Purpose – Twenty-five years ago IJPDLM published “Integrating the Supply Chain” (Stevens, 1989). The purpose of that original work was to examine the state-of-the-art in supply chain management (SCM). There have been substantial changes to the landscape within which supply chains function and changes to supply chains themselves. Given these changes it is appropriate to re-visit what is the new state-of-the art and determine whether the 1989 conceptualization requires extending. The authors also attempt to assess whether the evolution of SCM is associated with improved financial performance. The paper aims to discuss these issues. Design/methodology/approach – The authors take a conceptual approach to suggest that SCM is undergoing a transition to devolved, collaborative supply chain clusters. In addition, the authors consider imperatives and models for supply chain change and development. In line with the 1989 work, many of the observations in this invited paper are based on the primary author’s experience. The authors use a selection of financial data from leading firms to assess whether benefits attributed to SCM and changes in supply chain operating models have affected financial performance. Findings – The authors formalize a model for the dynamics of SCM change. The authors also synthesize a number of models of SCM that extend the original, highly cited work. These include goal-oriented networks and devolved, collaborative supply chain clusters. The authors also find the associations between the evolution of SCM and measures of firm financial performance over time to be equivocal. Practical implications – This work proposes two additional operating models that firms can implement in order to improve the efficacy of their supply chains. Originality/value – The authors extend Stevens (1989) original work by synthesizing a number of additional models for SCI.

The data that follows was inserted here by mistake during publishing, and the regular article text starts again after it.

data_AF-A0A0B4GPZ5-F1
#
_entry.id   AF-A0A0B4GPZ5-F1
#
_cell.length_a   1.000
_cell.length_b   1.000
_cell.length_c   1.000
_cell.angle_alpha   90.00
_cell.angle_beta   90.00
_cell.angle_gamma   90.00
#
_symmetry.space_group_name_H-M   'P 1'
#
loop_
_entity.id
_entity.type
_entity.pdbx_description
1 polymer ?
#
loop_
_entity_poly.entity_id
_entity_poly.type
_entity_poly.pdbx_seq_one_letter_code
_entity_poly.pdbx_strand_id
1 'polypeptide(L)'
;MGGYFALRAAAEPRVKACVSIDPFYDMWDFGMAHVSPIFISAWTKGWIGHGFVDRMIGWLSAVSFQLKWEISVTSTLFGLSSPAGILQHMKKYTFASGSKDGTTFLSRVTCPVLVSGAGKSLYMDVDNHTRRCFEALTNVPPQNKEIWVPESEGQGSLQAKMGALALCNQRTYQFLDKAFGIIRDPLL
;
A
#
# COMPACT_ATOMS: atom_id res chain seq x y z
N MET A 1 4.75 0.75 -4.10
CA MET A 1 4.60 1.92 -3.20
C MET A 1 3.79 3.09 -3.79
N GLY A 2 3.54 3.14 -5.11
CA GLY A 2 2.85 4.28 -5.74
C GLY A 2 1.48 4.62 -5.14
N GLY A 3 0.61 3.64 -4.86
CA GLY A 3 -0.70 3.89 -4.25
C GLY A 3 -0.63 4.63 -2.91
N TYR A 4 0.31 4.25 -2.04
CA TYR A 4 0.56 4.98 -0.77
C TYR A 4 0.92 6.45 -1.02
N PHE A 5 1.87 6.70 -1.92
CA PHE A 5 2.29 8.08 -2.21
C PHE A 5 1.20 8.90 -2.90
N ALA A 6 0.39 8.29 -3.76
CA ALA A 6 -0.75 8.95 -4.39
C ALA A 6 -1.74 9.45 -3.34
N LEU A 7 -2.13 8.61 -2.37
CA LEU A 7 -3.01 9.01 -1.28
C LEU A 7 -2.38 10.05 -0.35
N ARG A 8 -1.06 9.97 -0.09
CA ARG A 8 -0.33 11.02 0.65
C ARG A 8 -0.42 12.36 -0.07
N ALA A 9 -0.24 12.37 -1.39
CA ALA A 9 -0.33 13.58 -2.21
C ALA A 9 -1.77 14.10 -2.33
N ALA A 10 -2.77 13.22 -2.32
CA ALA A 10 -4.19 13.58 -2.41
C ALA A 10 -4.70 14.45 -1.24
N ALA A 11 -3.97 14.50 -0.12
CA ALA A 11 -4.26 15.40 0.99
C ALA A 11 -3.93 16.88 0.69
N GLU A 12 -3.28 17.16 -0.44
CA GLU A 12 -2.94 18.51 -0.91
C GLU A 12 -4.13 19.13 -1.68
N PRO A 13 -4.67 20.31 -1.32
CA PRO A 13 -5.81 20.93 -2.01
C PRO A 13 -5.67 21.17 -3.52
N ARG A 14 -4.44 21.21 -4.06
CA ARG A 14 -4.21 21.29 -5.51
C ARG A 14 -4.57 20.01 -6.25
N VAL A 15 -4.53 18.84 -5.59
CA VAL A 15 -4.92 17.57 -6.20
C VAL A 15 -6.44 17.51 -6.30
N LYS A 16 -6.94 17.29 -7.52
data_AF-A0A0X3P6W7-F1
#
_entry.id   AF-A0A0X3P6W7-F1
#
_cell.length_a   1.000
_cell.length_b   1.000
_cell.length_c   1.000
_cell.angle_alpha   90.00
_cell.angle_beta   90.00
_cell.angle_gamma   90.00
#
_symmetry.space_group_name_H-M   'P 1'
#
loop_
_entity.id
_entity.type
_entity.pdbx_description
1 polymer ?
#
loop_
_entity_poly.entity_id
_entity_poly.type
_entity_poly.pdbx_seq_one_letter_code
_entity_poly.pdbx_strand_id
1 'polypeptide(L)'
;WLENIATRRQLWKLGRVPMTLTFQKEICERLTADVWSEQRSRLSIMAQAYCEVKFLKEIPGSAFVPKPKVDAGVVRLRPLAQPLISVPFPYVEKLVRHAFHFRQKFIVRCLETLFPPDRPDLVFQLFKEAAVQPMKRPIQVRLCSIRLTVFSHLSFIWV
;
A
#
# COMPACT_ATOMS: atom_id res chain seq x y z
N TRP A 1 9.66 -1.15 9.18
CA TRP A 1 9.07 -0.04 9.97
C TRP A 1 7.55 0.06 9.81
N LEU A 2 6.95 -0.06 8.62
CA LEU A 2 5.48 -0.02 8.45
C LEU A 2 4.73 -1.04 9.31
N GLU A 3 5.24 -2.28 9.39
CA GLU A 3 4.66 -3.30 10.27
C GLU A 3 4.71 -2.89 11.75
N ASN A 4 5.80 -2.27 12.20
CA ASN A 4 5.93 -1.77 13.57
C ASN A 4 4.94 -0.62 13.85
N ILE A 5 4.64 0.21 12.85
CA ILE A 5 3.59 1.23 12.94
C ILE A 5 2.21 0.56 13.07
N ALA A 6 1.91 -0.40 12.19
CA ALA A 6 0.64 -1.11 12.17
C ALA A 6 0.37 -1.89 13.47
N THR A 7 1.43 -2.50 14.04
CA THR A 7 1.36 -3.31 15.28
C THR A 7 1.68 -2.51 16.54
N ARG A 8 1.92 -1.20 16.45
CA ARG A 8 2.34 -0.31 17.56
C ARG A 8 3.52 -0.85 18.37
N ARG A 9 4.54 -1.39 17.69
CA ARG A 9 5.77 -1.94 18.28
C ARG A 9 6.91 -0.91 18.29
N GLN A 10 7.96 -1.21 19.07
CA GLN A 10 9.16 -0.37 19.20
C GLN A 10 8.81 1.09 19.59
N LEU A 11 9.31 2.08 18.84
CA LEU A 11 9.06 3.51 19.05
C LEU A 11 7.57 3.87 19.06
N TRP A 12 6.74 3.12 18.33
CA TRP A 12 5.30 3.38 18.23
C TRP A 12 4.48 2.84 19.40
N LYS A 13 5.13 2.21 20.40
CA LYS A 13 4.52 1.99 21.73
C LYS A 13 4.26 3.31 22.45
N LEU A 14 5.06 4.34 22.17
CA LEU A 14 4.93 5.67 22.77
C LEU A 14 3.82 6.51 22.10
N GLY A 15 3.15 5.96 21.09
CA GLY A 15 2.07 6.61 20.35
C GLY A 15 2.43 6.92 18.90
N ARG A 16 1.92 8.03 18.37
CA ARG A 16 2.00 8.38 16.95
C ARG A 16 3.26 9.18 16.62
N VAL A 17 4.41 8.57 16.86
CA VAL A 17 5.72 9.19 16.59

International Journal of Physical Distribution & Logistics Management – Emerald Publishing
Published: Feb 8, 2016
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